You know Father General Arturo Sosa personally: how much is he suffering due to the situation in Venezuela, his home country, and the fact that he cannot be there to help?
I think Arturo is a very smart person, he has a positive disposition and he listens a lot. Arturo now has a highly important role in his personal and institutional mission. I think that, from Rome, he has a more global vision of the crisis in Venezuela and he is safely guiding the Society of Jesus in Venezuela towards a more necessary role in the reconciliation of the Venezuelan people.
What is the background context of the Venezuelan crisis?
The background context is control over the oil revenue, over the mineral wealth, and over handling all the money that mining produces in Venezuela. This has been the context for the last 100 years.
What has happened in the last years?
The military, economic, political and social elite which governed the same oil revenue during the last 30 years has been substituted by another elite. From my point of view, this oil revenue was for some time redirected with good intentions, but poor execution. Today, this poor execution has resulted in an economically bankrupt country, a socially divided country, a sick country in terms of health, and a hungry country in terms of food.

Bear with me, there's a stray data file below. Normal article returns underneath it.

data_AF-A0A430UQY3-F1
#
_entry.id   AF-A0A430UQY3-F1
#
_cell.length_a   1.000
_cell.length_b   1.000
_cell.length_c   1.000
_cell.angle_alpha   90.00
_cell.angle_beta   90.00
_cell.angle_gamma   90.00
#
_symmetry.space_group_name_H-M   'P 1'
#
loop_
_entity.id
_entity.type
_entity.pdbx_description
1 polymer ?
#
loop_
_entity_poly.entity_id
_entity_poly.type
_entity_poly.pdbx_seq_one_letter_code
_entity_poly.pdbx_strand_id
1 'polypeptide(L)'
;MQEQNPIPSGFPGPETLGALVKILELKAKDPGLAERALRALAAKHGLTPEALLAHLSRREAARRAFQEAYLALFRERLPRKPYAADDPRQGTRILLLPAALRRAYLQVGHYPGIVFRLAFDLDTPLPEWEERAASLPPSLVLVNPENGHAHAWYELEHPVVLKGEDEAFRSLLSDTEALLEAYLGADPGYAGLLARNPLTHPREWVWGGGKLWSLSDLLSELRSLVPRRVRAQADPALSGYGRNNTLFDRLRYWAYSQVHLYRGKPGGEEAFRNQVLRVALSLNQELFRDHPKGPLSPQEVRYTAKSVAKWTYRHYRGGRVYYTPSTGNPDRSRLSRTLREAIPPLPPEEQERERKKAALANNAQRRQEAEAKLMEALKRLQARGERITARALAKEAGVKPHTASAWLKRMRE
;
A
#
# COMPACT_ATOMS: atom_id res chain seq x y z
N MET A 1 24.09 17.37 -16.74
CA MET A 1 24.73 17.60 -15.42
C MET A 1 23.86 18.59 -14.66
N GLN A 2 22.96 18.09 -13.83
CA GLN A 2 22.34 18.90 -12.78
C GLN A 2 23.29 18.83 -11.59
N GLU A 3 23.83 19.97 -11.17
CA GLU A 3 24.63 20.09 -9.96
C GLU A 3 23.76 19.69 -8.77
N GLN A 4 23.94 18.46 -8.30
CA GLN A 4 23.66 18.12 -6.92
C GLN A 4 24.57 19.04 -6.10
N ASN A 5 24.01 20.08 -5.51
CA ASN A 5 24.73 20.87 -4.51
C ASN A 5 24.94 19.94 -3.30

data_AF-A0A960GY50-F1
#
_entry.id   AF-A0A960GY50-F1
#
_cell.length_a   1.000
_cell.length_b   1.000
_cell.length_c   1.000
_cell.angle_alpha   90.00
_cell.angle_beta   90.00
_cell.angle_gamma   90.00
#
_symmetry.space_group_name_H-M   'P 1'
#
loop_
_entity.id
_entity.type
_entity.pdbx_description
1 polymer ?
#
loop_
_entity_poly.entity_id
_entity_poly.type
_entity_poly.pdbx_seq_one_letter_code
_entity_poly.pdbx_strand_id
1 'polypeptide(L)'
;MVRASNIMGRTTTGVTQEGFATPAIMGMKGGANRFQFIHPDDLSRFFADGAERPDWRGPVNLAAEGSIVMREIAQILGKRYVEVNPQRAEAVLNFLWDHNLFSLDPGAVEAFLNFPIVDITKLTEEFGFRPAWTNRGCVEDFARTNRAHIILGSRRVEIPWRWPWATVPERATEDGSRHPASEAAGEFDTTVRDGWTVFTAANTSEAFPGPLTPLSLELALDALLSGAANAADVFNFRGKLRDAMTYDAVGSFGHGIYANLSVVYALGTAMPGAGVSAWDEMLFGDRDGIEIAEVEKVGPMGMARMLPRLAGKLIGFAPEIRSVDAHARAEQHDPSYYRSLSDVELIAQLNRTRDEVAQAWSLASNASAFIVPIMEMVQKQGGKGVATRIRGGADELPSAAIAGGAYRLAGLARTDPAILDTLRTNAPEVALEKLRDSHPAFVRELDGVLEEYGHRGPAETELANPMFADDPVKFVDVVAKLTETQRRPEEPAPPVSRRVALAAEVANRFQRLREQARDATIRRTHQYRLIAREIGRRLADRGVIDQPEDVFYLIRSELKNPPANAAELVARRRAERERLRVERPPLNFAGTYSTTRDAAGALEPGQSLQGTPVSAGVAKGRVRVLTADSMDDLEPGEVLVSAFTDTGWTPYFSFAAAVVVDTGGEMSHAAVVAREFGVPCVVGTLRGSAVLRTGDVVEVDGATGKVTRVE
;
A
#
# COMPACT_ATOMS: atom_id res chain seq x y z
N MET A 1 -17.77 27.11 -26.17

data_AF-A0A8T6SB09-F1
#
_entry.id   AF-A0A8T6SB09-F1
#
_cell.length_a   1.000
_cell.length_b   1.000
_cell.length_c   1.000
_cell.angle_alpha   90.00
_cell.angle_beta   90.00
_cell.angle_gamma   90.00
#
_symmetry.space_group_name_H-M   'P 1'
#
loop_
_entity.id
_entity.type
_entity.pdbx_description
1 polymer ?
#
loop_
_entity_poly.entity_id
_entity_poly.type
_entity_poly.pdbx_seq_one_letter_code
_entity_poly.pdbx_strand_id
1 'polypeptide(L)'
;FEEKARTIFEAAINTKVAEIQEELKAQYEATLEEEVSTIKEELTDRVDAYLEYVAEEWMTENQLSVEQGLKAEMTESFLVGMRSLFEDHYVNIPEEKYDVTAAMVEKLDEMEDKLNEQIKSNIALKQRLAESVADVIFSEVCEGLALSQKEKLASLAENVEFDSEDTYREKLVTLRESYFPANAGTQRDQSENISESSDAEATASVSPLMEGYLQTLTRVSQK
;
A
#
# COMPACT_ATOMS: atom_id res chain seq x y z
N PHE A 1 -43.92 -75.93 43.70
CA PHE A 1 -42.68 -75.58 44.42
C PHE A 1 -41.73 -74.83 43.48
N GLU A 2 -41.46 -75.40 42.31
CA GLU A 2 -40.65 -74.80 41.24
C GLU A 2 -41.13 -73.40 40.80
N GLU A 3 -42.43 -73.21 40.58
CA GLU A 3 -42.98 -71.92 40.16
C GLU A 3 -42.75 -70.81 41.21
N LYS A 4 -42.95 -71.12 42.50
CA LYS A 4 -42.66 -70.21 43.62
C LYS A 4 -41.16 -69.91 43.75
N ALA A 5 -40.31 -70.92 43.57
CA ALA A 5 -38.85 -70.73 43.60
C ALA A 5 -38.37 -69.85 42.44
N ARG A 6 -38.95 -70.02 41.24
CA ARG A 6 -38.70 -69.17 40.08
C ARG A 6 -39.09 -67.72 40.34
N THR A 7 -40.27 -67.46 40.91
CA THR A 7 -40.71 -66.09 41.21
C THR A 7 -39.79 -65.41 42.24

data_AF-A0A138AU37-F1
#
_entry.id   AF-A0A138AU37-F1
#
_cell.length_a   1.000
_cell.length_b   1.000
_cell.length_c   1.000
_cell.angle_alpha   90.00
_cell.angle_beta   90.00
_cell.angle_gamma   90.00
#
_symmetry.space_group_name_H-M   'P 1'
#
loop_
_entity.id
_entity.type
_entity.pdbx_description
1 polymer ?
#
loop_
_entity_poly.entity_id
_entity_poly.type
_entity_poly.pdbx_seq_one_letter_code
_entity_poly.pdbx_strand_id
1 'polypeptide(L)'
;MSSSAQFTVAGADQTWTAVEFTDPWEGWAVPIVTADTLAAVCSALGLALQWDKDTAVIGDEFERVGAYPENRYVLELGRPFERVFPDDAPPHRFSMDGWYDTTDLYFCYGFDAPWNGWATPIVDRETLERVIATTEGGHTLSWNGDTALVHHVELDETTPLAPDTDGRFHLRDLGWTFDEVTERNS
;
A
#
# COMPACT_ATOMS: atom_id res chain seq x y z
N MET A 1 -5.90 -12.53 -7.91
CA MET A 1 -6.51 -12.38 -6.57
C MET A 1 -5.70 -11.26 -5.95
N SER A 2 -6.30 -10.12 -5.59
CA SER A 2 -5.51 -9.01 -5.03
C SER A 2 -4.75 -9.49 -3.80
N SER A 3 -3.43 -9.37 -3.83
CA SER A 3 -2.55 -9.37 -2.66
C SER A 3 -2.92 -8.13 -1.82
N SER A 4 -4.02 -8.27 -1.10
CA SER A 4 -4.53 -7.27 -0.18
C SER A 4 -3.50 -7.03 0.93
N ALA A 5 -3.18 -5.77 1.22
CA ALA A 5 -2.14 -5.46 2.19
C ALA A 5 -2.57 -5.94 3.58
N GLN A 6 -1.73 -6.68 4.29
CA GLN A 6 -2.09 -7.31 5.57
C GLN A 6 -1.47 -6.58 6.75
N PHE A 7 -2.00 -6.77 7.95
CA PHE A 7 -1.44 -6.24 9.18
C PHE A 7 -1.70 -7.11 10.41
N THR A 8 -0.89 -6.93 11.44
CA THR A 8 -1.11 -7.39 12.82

Considering this background context, what strategy do you use?
At Fe y Alegría we position ourselves on the side of the poorest by asking the citizens 5 questions on the radio: 1) Is your health better today than 5 years ago? 2) Is your nutrition better today than 5 years ago? 3) Is your personal economy better today than 5 years ago? 4) Is your housing better today than 5 years ago? 5) Is your safety in the streets better today than 5 years ago?